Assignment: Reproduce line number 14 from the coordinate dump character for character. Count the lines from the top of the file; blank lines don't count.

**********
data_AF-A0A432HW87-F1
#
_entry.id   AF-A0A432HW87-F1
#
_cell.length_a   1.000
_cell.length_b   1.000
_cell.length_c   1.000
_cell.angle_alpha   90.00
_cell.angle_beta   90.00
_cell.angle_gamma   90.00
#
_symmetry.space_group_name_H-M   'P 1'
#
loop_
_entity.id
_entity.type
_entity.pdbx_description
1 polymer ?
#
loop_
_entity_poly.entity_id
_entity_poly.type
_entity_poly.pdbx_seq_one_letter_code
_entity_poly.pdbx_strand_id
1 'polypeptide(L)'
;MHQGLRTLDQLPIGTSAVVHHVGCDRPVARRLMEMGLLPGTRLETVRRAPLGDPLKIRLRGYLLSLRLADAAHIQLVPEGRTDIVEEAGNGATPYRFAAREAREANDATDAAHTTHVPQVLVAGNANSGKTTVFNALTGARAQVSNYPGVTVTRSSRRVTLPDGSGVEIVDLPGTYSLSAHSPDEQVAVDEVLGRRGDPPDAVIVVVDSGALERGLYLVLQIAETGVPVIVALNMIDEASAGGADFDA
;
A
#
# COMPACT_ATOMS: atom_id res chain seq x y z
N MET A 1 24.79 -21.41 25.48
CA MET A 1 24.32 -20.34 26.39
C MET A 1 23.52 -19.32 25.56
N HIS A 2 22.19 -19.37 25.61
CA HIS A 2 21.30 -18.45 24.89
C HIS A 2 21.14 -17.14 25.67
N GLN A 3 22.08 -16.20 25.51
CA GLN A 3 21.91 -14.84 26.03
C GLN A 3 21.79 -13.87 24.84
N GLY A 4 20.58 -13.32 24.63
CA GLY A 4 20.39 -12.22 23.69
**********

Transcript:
loop_